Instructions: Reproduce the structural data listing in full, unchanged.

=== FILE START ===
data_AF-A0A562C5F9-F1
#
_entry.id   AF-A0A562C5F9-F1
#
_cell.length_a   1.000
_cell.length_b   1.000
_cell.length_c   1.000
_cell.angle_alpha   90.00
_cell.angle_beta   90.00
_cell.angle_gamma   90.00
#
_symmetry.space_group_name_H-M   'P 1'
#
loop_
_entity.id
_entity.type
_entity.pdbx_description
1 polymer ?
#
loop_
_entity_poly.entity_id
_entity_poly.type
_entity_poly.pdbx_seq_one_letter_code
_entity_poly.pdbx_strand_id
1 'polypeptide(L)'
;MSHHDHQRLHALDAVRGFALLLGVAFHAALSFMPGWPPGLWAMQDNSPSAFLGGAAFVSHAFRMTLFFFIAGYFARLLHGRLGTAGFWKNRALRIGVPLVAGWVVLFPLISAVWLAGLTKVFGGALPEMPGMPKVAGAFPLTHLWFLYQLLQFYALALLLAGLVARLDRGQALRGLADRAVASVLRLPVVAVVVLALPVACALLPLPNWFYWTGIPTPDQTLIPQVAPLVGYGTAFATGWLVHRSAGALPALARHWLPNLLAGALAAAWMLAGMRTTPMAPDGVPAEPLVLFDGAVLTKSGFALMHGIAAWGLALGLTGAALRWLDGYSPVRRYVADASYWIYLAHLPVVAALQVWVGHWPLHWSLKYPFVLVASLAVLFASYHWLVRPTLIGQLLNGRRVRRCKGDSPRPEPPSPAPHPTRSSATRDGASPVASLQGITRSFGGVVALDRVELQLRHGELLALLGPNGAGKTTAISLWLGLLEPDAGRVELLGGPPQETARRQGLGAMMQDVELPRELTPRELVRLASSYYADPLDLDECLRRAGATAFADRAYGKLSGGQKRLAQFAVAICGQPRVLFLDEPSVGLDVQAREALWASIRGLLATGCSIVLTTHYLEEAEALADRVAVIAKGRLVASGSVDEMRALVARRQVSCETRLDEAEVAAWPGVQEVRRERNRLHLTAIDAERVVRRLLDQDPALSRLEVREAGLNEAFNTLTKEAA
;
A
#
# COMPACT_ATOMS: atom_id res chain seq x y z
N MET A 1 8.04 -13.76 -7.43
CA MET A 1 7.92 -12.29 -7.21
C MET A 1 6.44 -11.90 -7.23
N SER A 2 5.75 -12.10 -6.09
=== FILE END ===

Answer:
data_AF-A0A562C5F9-F1
#
_entry.id   AF-A0A562C5F9-F1
#
_cell.length_a   1.000
_cell.length_b   1.000
_cell.length_c   1.000
_cell.angle_alpha   90.00
_cell.angle_beta   90.00
_cell.angle_gamma   90.00
#
_symmetry.space_group_name_H-M   'P 1'
#
loop_
_entity.id
_entity.type
_entity.pdbx_description
1 polymer ?
#
loop_
_entity_poly.entity_id
_entity_poly.type
_entity_poly.pdbx_seq_one_letter_code
_entity_poly.pdbx_strand_id
1 'polypeptide(L)'
;MSHHDHQRLHALDAVRGFALLLGVAFHAALSFMPGWPPGLWAMQDNSPSAFLGGAAFVSHAFRMTLFFFIAGYFARLLHGRLGTAGFWKNRALRIGVPLVAGWVVLFPLISAVWLAGLTKVFGGALPEMPGMPKVAGAFPLTHLWFLYQLLQFYALALLLAGLVARLDRGQALRGLADRAVASVLRLPVVAVVVLALPVACALLPLPNWFYWTGIPTPDQTLIPQVAPLVGYGTAFATGWLVHRSAGALPALARHWLPNLLAGALAAAWMLAGMRTTPMAPDGVPAEPLVLFDGAVLTKSGFALMHGIAAWGLALGLTGAALRWLDGYSPVRRYVADASYWIYLAHLPVVAALQVWVGHWPLHWSLKYPFVLVASLAVLFASYHWLVRPTLIGQLLNGRRVRRCKGDSPRPEPPSPAPHPTRSSATRDGASPVASLQGITRSFGGVVALDRVELQLRHGELLALLGPNGAGKTTAISLWLGLLEPDAGRVELLGGPPQETARRQGLGAMMQDVELPRELTPRELVRLASSYYADPLDLDECLRRAGATAFADRAYGKLSGGQKRLAQFAVAICGQPRVLFLDEPSVGLDVQAREALWASIRGLLATGCSIVLTTHYLEEAEALADRVAVIAKGRLVASGSVDEMRALVARRQVSCETRLDEAEVAAWPGVQEVRRERNRLHLTAIDAERVVRRLLDQDPALSRLEVREAGLNEAFNTLTKEAA
;
A
#
# COMPACT_ATOMS: atom_id res chain seq x y z
N MET A 1 8.04 -13.76 -7.43
CA MET A 1 7.92 -12.29 -7.21
C MET A 1 6.44 -11.90 -7.23
N SER A 2 5.75 -12.10 -6.09